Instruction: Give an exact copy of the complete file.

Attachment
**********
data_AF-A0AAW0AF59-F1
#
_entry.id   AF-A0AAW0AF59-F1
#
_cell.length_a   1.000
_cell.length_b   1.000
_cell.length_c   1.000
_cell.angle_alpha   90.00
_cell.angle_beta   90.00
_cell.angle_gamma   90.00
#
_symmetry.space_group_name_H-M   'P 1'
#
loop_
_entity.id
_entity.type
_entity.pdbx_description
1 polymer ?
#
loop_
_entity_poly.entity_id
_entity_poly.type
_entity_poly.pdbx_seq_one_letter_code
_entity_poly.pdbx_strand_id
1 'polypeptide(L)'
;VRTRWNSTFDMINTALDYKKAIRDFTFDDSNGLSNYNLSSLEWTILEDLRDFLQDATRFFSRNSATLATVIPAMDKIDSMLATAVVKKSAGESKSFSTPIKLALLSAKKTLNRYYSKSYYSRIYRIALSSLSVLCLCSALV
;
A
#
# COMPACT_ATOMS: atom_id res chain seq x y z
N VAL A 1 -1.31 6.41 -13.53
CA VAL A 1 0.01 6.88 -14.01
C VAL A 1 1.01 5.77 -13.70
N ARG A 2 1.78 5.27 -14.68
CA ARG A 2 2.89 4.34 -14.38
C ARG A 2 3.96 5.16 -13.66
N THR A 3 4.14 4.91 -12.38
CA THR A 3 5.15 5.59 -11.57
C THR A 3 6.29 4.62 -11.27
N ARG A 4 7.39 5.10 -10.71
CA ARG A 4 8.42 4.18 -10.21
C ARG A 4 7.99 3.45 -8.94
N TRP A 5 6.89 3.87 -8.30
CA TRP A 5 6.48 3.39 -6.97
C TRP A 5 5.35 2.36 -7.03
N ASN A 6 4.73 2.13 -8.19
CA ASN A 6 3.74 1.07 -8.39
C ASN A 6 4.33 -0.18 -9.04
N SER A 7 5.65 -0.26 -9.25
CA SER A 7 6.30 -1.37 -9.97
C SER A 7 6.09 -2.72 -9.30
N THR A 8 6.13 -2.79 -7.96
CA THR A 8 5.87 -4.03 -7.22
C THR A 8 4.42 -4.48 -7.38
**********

data_AF-A0AAW0AF59-F1
#
_entry.id   AF-A0AAW0AF59-F1
#
_cell.length_a   1.000
_cell.length_b   1.000
_cell.length_c   1.000
_cell.angle_alpha   90.00
_cell.angle_beta   90.00
_cell.angle_gamma   90.00
#
_symmetry.space_group_name_H-M   'P 1'
#
loop_
_entity.id
_entity.type
_entity.pdbx_description
1 polymer ?
#
loop_
_entity_poly.entity_id
_entity_poly.type
_entity_poly.pdbx_seq_one_letter_code
_entity_poly.pdbx_strand_id
1 'polypeptide(L)'
;VRTRWNSTFDMINTALDYKKAIRDFTFDDSNGLSNYNLSSLEWTILEDLRDFLQDATRFFSRNSATLATVIPAMDKIDSMLATAVVKKSAGESKSFSTPIKLALLSAKKTLNRYYSKSYYSRIYRIALSSLSVLCLCSALV
;
A
#
# COMPACT_ATOMS: atom_id res chain seq x y z
N VAL A 1 -1.31 6.41 -13.53
CA VAL A 1 0.01 6.88 -14.01
C VAL A 1 1.01 5.77 -13.70
N ARG A 2 1.78 5.27 -14.68
CA ARG A 2 2.89 4.34 -14.38
C ARG A 2 3.96 5.16 -13.66
N THR A 3 4.14 4.91 -12.38
CA THR A 3 5.15 5.59 -11.57
C THR A 3 6.29 4.62 -11.27
N ARG A 4 7.39 5.10 -10.71
CA ARG A 4 8.42 4.18 -10.21
C ARG A 4 7.99 3.45 -8.94
N TRP A 5 6.89 3.87 -8.30
CA TRP A 5 6.48 3.39 -6.97
C TRP A 5 5.35 2.36 -7.03
N ASN A 6 4.73 2.13 -8.19
CA ASN A 6 3.74 1.07 -8.39
C ASN A 6 4.33 -0.18 -9.04
N SER A 7 5.65 -0.26 -9.25
CA SER A 7 6.30 -1.37 -9.97
C SER A 7 6.09 -2.72 -9.30
N THR A 8 6.13 -2.79 -7.96
CA THR A 8 5.87 -4.03 -7.22
C THR A 8 4.42 -4.48 -7.38